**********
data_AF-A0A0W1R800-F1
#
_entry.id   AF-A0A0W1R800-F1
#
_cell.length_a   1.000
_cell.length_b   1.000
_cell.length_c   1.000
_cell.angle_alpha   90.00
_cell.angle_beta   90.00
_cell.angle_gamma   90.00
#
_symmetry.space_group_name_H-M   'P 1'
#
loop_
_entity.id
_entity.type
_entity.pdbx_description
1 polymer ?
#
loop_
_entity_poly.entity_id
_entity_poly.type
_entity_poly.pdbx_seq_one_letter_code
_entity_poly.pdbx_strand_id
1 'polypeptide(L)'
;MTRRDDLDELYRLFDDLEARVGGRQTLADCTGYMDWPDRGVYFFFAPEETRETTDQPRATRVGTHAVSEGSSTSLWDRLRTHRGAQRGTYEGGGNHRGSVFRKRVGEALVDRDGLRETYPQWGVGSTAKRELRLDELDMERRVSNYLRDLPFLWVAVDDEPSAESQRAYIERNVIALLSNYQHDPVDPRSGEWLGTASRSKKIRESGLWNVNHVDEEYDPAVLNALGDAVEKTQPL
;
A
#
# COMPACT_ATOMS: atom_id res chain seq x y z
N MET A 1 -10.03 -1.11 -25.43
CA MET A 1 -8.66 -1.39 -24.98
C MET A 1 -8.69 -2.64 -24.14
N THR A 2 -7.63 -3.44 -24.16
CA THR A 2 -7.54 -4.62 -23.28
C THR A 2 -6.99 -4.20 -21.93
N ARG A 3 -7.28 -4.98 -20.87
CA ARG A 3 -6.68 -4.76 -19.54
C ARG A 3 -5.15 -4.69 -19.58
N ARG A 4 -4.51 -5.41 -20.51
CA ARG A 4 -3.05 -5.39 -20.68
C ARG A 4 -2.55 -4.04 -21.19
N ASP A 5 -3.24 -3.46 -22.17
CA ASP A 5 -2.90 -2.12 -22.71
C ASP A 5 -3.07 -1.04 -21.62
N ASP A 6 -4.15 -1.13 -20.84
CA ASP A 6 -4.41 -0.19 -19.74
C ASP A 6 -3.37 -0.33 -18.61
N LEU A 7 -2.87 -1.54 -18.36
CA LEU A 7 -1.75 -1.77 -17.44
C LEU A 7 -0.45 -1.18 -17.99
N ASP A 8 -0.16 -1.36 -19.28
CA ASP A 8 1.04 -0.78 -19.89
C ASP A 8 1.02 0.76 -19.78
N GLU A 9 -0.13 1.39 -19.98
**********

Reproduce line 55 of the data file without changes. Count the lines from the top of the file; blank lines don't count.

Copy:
N GLU A 9 -0.13 1.39 -19.98